It is the fruition of a strategy that dates to 2012, before Prime Minister Justin Trudeau became Liberal leader, when he and his team were casting about for a lever by which to persuade skeptical kitchen-table conservatives in Ontario — yes, there are many such beings, provincial politics notwithstanding — to take him seriously. Continue Reading →

Pacific NorthWest LNG project stalled by more than 190 federal conditions – by Brent Jang and Shawn McCarthy (Globe and Mail – September 29, 2016)

VANCOUVER/OTTAWA — The consortium behind a massive energy project approved by the federal Liberal cabinet is hesitant about forging ahead even after investing billions of dollars in British Columbia.

Pacific NorthWest LNG, led by Malaysia’s state-owned Petronas, will need months to examine more than 190 conditions attached to Ottawa’s approval of a proposed B.C. terminal to export liquefied natural gas from Lelu Island.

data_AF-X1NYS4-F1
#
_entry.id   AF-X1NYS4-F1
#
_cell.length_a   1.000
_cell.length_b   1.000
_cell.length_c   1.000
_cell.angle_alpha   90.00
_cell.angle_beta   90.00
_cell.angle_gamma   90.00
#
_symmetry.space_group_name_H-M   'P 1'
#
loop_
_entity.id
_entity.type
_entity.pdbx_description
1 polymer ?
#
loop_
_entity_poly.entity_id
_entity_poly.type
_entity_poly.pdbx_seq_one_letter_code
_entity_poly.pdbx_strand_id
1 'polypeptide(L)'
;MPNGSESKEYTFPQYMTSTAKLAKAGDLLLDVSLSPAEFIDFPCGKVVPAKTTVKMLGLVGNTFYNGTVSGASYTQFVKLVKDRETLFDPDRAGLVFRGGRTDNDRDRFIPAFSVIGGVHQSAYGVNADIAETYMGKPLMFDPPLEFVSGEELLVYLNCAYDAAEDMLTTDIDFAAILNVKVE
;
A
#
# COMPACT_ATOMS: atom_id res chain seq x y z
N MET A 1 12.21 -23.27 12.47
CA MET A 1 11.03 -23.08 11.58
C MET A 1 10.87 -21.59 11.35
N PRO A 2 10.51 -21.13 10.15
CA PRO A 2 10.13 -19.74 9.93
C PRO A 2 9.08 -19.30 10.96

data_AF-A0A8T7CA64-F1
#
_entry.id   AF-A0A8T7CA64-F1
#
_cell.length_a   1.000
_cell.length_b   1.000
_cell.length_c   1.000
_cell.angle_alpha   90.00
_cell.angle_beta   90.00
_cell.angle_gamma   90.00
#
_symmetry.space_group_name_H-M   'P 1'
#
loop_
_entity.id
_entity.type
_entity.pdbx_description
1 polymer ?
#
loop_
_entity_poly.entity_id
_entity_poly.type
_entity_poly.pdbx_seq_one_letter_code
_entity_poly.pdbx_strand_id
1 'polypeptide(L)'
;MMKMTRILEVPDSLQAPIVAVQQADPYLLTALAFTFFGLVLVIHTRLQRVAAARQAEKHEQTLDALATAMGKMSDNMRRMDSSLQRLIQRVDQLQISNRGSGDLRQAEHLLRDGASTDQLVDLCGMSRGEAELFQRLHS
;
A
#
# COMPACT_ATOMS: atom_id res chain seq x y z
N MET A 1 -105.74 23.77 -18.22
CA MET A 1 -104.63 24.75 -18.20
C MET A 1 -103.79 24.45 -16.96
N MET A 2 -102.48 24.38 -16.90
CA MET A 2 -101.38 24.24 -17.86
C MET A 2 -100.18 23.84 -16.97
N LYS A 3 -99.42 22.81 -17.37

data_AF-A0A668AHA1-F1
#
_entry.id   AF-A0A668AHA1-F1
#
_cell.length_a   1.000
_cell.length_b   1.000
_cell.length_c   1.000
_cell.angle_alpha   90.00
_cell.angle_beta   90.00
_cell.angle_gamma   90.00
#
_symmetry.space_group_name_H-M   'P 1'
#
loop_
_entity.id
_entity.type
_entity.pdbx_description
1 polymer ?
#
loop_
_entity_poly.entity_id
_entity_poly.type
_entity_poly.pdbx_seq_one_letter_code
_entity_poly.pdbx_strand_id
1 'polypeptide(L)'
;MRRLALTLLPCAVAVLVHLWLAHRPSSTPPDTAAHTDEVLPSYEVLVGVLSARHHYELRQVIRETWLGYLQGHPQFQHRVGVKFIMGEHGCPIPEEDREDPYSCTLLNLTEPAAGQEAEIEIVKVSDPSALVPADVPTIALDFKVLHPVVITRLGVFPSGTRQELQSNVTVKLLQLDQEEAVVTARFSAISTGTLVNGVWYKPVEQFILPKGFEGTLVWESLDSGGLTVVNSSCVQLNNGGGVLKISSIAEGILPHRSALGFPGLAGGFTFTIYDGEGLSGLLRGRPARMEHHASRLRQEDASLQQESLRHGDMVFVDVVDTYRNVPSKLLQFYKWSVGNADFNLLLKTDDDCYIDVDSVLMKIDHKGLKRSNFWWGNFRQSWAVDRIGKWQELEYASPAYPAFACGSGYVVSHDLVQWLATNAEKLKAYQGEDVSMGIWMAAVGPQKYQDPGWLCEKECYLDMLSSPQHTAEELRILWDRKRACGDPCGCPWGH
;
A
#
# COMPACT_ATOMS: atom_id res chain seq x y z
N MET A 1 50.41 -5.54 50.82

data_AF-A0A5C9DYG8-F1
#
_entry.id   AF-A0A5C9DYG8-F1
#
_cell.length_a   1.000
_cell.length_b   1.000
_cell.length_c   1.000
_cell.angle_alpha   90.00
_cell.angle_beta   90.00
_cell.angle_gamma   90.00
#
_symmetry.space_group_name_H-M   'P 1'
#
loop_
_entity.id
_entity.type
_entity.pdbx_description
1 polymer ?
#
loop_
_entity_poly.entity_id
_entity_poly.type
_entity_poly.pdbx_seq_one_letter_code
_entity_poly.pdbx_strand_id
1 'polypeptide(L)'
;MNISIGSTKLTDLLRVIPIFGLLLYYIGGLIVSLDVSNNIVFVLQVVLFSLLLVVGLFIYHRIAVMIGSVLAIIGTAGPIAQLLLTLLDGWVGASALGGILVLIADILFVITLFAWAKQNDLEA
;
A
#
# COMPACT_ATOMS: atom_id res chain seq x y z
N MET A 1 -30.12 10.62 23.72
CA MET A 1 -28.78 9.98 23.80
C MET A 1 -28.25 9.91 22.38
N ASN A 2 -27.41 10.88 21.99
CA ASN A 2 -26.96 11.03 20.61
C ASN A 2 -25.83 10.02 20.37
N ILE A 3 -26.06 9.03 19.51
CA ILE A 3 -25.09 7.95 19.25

“Petronas and its partners will study the conditions imposed by the Canadian authorities and conduct a total review of the proposed project prior to deciding on the next steps forward,” Petronas said Wednesday in a statement from Kuala Lumpur. Continue Reading →

Royal Bank of Canada CEO touts pipelines as key to transitioning to a greener economy – by Geoffrey Morgan (Financial Post – September 27, 2016

CALGARY – The head of Canada’s largest bank made the case for new pipelines on Monday, while also calling for a national price on carbon.

“Our ability in the decades ahead to finance innovation, to create technologies that will power the 21st century and help transform the world to a cleaner economy, depends on our decisions today to get our natural resources to market,” Royal Bank of Canada CEO Dave McKay told a business luncheon in Edmonton.